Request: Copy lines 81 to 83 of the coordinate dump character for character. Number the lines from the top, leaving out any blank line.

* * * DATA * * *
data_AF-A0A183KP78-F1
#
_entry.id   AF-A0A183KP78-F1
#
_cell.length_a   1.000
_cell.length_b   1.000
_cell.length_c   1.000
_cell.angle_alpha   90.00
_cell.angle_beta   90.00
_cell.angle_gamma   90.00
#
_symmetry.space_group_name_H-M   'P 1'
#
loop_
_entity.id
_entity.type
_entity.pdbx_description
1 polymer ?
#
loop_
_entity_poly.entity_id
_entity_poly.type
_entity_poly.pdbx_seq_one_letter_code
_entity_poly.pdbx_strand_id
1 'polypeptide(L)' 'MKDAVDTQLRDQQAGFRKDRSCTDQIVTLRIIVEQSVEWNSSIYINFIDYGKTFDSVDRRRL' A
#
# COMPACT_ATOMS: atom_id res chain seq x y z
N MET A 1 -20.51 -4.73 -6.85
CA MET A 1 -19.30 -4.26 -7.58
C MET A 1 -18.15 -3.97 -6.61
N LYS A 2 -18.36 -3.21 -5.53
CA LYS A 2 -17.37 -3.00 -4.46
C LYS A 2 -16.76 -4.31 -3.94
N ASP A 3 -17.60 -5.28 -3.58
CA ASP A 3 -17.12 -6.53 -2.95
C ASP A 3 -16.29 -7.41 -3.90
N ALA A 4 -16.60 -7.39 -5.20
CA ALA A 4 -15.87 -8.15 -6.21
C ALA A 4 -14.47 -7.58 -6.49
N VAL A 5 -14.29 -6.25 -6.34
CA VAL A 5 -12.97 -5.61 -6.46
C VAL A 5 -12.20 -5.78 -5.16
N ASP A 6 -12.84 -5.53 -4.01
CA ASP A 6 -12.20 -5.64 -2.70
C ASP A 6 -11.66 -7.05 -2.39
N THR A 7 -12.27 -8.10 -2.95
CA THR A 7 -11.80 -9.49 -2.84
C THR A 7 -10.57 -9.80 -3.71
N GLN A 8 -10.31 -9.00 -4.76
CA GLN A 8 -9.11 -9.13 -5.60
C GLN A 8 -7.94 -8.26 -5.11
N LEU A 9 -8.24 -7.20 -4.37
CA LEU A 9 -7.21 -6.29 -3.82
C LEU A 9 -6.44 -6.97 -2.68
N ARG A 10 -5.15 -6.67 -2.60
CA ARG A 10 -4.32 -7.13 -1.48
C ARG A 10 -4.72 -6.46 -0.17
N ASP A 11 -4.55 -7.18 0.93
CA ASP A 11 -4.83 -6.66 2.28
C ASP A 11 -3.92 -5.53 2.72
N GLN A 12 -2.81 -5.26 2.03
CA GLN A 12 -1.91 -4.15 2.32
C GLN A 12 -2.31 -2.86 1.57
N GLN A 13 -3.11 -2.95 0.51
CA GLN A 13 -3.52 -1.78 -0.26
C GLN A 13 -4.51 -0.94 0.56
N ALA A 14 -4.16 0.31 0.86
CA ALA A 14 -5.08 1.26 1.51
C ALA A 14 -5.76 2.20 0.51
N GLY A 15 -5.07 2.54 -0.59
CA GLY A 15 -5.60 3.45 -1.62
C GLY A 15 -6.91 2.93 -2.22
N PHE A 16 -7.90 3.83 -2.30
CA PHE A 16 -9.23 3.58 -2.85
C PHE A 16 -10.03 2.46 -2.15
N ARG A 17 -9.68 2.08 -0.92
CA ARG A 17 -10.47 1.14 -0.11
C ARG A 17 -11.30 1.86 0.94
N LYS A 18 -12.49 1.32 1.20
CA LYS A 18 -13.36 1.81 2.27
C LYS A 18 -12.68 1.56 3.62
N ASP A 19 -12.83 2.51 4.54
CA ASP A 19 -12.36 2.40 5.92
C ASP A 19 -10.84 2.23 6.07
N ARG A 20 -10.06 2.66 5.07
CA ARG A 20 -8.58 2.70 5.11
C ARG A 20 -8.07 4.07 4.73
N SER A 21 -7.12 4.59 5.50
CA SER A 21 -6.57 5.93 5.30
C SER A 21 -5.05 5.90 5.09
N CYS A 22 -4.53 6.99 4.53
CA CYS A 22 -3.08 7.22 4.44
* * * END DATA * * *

C LYS A 18 -12.68 1.56 3.62
N ASP A 19 -12.83 2.51 4.54
CA ASP A 19 -12.36 2.40 5.92